Whatever you do I still recommend purging the headspace and adding around 10 psi of pressure to keep the lid tight.
 

Ogilthorpe2

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Thank you for your reply - The main reason I was looking at pressure transfer was because the last time I syphoned it was anightmare and I oxidized the $hit our of my beer. I dont know if the seal was bad on the autosyphon but it just didnt work well for me. I may just go with a racking cane and fill it full of starsan, put one end into carboy and other into a bucket on floor and let it run until beer starts coming out, pinch and move to keg.

Also - do I need to leave the kegs hooked up to C02 for the 1st 2 weeks? if I dont, will it mean the c02 will have to stay connected longer once I chill it before I can actually drink it?
You can just pressurize the kegs with a short burst of CO2 and then disconnect and let them sit for a while. This will ensure a good seal on your keg while the beer continues to condition. That would free up your tank for whatever else you want it for. Only downside is that you will still have to hook back up to carbonate for a few days before serving, but it won’t harm the beer at all, and might even improve it some depending on the style.
 
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Ragman

Ragman

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You can just pressurize the kegs with a short burst of CO2 and then disconnect and let them sit for a while. This will ensure a good seal on your keg while the beer continues to condition. That would free up your tank for whatever else you want it for. Only downside is that you will still have to hook back up to carbonate for a few days before serving, but it won’t harm the beer at all, and might even improve it some depending on the style.
Good - I wasnt worried so much about how long after I get it in the keezer to when I can drink. Thank you.

Anyone know anything about the hop bag drop in during keg transfer? Just was wondering if that is normal and will the hop back clog the out tube. I suppose you just pull the bag out when the keg is empty... if this will add significant flavor than it might be something Id like to try.
 

eric19312

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Good - I wasnt worried so much about how long after I get it in the keezer to when I can drink. Thank you.

Anyone know anything about the hop bag drop in during keg transfer? Just was wondering if that is normal and will the hop back clog the out tube. I suppose you just pull the bag out when the keg is empty... if this will add significant flavor than it might be something Id like to try.
I've done keg hopping. It works fine. Some people use a strip of flat dental floss (unflavored) or something similar to suspend the bag off the bottom of the keg. I tried that but lead to leaky kegs and I stopped.
 

EDF713

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Good - I wasnt worried so much about how long after I get it in the keezer to when I can drink. Thank you.

Anyone know anything about the hop bag drop in during keg transfer? Just was wondering if that is normal and will the hop back clog the out tube. I suppose you just pull the bag out when the keg is empty... if this will add significant flavor than it might be something Id like to try.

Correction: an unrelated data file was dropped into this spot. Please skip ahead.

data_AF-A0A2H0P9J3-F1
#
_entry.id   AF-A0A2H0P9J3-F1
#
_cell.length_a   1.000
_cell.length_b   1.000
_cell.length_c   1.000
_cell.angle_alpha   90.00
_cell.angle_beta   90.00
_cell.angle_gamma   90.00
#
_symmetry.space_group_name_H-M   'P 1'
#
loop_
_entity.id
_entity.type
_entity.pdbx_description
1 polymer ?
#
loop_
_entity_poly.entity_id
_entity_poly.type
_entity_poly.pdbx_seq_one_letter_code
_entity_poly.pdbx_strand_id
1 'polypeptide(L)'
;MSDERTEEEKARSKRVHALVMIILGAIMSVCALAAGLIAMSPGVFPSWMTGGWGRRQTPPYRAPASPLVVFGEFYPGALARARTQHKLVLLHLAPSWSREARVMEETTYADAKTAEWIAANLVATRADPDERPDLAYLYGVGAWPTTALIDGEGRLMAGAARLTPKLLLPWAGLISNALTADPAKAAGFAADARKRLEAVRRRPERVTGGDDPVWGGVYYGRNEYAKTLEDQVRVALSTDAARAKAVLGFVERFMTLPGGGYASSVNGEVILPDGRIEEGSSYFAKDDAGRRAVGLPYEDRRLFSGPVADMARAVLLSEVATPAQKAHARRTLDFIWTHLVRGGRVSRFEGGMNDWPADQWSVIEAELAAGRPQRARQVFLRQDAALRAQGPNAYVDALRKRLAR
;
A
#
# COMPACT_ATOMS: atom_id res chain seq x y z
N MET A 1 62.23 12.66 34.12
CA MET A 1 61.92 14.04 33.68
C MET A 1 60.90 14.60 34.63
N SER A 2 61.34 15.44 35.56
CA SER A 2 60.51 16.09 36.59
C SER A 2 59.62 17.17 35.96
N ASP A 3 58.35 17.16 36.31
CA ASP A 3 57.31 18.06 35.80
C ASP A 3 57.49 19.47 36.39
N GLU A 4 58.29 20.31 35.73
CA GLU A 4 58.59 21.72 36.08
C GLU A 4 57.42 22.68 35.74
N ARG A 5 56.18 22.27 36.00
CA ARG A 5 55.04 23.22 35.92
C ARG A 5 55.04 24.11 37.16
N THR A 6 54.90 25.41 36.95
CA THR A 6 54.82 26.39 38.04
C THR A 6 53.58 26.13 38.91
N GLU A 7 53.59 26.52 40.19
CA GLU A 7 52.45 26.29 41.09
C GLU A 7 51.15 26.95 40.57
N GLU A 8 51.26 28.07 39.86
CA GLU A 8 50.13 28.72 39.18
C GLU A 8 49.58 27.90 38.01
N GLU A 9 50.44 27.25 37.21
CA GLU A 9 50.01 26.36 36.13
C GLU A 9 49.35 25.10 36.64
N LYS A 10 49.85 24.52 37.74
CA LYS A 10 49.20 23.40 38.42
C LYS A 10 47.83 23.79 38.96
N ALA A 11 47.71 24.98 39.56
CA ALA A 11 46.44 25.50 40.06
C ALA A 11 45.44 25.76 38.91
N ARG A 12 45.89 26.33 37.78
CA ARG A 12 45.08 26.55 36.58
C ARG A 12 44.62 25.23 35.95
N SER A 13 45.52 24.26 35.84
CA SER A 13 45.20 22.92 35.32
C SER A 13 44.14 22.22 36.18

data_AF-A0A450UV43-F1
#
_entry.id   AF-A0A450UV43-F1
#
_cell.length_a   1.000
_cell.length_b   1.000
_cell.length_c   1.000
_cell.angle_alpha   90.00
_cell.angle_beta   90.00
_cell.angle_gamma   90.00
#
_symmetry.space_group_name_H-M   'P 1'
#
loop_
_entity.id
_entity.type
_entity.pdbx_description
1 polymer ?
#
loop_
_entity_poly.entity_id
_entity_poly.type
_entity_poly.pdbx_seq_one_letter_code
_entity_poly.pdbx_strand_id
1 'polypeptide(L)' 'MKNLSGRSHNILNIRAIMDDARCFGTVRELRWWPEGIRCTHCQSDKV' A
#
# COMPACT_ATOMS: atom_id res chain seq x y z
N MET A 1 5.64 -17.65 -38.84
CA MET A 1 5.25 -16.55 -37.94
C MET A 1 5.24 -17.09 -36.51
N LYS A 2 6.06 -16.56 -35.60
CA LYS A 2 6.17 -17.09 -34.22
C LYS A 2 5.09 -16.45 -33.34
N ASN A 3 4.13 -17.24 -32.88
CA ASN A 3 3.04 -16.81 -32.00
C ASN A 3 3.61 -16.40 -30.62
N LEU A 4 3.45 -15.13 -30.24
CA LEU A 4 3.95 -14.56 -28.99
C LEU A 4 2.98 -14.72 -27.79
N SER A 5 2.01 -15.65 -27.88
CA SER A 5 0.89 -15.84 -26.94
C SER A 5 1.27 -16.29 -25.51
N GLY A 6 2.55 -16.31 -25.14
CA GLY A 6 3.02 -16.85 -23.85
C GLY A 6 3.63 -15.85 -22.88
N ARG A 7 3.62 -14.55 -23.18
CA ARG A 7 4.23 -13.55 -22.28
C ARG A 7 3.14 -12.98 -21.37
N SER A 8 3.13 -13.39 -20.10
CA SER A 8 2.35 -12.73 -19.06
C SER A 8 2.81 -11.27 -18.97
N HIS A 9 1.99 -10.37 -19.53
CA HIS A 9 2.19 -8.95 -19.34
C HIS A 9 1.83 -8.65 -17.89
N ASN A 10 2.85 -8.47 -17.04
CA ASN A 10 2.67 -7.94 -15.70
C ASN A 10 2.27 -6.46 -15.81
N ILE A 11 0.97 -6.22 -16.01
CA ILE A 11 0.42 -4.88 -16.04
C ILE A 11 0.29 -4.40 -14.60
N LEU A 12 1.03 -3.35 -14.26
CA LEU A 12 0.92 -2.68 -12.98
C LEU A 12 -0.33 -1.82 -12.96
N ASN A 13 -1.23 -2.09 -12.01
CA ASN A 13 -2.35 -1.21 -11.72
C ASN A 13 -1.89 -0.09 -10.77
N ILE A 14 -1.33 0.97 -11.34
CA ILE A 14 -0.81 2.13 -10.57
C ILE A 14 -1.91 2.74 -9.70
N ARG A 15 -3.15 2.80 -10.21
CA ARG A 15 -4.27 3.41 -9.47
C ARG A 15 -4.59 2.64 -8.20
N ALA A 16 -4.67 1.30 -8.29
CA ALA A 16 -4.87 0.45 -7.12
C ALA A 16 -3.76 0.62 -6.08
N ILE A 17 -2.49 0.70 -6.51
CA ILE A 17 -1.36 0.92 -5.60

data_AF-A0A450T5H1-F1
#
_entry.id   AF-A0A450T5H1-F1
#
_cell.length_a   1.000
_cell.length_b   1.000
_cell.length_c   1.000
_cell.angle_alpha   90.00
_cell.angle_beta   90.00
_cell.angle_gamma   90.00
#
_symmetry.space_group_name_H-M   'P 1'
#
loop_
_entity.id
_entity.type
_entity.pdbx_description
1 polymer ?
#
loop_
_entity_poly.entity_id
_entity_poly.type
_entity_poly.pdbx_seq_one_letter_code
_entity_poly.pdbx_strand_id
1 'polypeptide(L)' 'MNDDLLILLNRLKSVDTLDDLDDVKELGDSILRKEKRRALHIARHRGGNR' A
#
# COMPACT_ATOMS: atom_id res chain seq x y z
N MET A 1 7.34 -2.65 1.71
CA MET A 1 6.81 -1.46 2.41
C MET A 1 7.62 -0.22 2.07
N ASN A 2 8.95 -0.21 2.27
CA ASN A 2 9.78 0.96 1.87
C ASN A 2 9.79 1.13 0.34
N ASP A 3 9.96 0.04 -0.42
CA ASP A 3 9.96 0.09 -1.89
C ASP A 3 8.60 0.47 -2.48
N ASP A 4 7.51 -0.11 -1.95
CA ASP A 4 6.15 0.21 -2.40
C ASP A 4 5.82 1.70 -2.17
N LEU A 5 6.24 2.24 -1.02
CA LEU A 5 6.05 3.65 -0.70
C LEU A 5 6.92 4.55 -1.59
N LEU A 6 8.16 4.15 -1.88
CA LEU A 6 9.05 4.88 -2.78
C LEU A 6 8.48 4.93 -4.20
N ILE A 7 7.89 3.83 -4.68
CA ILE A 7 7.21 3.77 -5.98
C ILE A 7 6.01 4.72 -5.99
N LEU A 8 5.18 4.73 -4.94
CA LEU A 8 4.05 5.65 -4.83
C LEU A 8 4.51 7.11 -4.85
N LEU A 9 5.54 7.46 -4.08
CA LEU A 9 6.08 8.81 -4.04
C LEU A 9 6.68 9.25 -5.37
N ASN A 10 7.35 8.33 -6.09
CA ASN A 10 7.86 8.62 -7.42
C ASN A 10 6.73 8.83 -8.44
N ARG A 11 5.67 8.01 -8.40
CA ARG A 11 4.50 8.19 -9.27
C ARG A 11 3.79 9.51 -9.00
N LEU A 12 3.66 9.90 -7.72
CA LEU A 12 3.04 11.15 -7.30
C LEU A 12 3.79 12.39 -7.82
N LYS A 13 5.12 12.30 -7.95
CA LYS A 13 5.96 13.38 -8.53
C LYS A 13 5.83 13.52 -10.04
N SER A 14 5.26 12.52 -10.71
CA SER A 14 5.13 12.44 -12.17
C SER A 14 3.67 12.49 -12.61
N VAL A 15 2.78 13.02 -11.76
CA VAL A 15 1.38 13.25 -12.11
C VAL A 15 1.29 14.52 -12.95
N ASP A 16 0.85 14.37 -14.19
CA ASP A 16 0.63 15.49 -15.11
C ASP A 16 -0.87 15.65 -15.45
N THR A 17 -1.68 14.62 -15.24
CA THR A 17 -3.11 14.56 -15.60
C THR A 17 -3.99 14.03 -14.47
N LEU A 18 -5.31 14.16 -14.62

The trick with the hops is they will eventually sink and can clog the diptube. I use a floating dip tube to avoid this. Others suspend the hops with a string or chain (if they use steel mesh canisters), but I haven't done this. You can buy keg lids with a tab to tie the string or chain to.

Unless you are really fired up about the dry hops, I would try kegging without them at first before you decide what to do.
 

dawn_kiebawls

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You could keg condition it? Add some sugar like you would to a bottle, seal the lid with ~30 psi and let it carbonate on its own in the corner of your room while working on the keezer. Just an idea
 

verboten

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Adventures has loose handle kegs for $21, or at least they did yesterday. some 3m trim adhesive and everything is good to go.
 

jseyfert3

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I will need a regulator which I found for about $30 and I have a few C02 tanks from paintball Im thinking of repurposing for this. (im sure I will need some kind of adapter - right?
How big are the CO2 tanks (grams or oz), and how much do refills cost? An adapter probably isn't terribly difficult to source, but I suspect it wouldn't take a lot of paintball tank refills before you reach the price of buying a tank.

Prices vary, but in my area with Airgas the purchase of a tank runs from about $140 to $230 for 5 to 20 lb tanks, respectively. After which you exchange for a full tank like a propane tank swap, and that ranges from $20 for a 5 lb to $30 for a 20 lb.

This can be done cheaper, depending on your local CO2 providers, especially if you can locate a used tank. BUT keep in mind tanks will need a hydro test every so many years (I think 6), which adds a slight hassle if you're not swapping tanks. Some places, like Airgas, will not fill customer tanks, only do a swap. So if you go the purchased tank route be sure you have a CO2 provider who will fill tanks around you. If all the suppliers around you only swap then just buy a tank from them to swap.
 

JSmetalcraft